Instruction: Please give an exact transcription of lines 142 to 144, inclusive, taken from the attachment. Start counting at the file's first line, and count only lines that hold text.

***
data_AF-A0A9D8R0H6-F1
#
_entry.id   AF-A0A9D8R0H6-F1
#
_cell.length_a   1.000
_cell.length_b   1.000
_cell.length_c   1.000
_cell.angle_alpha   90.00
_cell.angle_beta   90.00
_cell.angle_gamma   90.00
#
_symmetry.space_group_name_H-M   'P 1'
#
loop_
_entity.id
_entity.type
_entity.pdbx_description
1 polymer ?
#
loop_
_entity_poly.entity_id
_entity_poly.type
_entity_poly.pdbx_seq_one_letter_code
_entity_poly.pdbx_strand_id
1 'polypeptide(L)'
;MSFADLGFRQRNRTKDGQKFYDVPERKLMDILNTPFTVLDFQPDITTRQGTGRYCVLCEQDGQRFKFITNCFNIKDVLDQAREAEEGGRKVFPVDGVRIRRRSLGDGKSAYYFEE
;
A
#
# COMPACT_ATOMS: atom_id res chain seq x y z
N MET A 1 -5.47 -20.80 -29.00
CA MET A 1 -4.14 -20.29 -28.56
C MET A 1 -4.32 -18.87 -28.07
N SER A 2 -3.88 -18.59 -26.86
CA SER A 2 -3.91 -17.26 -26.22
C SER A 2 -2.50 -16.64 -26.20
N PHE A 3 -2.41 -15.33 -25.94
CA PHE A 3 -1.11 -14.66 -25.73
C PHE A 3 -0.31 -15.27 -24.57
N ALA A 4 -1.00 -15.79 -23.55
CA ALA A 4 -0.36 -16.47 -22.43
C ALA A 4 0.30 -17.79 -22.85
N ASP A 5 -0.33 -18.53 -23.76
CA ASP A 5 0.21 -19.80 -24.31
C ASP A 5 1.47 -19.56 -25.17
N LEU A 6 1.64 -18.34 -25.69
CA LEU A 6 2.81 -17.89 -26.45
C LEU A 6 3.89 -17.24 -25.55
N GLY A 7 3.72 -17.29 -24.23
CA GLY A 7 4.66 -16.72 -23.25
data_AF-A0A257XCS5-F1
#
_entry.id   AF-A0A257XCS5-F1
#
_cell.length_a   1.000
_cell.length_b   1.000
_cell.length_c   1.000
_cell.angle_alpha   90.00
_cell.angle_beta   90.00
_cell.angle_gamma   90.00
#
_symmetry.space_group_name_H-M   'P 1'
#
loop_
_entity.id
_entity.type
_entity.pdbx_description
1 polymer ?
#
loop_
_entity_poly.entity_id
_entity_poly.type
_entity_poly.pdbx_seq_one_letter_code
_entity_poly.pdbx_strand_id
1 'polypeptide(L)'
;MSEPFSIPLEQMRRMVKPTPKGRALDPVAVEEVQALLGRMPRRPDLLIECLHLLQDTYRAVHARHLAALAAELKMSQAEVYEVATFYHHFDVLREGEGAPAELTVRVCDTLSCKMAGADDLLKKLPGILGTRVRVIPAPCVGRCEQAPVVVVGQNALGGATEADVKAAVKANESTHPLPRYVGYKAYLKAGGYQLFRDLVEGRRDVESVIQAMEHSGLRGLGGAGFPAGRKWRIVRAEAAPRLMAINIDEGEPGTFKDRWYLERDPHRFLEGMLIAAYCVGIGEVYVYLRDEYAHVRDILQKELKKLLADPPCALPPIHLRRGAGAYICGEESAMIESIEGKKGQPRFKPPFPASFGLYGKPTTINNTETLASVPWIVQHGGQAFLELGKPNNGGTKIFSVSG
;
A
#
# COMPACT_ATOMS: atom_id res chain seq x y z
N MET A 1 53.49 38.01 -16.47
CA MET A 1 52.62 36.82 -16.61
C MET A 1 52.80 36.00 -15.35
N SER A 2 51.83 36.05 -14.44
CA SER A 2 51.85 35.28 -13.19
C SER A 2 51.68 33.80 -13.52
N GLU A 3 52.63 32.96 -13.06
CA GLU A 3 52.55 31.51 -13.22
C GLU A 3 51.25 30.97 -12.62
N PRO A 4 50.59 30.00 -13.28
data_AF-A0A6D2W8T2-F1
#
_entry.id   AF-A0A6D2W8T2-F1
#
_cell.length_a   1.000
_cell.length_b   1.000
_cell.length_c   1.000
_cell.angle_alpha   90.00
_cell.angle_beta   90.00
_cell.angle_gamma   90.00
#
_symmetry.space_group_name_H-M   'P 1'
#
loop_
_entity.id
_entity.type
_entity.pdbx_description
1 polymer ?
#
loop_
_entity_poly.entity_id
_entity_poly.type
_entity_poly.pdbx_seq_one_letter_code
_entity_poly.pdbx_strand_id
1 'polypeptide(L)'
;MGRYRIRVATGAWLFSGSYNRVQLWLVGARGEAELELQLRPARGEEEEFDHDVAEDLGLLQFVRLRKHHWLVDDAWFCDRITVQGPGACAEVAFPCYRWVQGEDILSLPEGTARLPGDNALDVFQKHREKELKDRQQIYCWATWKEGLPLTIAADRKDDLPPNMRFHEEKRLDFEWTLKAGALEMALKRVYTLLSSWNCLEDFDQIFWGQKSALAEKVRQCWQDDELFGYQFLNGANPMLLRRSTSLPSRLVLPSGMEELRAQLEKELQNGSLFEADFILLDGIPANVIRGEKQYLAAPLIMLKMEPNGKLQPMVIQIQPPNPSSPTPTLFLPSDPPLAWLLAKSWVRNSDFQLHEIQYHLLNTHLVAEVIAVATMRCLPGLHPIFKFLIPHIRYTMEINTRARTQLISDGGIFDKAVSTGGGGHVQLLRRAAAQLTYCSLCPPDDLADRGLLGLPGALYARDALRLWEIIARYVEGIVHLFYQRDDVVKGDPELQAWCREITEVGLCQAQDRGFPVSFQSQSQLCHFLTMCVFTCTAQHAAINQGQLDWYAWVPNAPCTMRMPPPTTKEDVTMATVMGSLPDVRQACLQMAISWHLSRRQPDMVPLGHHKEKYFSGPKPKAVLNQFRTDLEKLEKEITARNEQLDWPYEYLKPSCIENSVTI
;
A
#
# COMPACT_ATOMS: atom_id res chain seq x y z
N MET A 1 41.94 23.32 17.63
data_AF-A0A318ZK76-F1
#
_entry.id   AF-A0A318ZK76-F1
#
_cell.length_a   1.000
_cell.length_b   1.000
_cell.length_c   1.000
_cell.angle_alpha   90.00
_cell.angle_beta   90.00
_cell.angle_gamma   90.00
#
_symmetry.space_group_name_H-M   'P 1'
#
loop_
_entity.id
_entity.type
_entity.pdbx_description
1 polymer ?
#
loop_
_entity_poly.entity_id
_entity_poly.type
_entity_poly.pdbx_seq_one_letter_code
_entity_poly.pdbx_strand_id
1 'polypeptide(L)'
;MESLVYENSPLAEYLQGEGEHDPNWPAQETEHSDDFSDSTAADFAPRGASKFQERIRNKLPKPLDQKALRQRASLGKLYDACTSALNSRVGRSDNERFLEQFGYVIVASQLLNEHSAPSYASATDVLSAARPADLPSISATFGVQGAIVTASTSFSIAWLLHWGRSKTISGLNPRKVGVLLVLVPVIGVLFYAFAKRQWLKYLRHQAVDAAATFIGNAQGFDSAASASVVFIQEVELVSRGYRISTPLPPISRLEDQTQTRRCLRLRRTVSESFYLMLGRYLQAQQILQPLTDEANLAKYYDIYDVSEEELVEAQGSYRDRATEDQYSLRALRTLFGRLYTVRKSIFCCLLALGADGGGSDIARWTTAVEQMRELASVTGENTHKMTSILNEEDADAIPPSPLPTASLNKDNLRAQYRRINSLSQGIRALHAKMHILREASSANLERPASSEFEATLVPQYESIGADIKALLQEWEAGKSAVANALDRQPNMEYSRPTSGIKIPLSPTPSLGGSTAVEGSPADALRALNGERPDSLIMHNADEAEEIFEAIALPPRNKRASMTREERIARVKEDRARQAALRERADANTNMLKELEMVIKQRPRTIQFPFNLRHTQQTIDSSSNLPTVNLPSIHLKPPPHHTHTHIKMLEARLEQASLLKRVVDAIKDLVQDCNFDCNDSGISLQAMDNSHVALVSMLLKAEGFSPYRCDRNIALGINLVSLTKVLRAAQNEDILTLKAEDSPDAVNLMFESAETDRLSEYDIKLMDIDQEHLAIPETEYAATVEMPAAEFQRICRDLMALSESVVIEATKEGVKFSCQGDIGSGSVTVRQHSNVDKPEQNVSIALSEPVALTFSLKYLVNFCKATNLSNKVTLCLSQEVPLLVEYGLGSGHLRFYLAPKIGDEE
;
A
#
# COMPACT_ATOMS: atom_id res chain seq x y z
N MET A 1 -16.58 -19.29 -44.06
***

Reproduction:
_entity_poly.entity_id
_entity_poly.type
_entity_poly.pdbx_seq_one_letter_code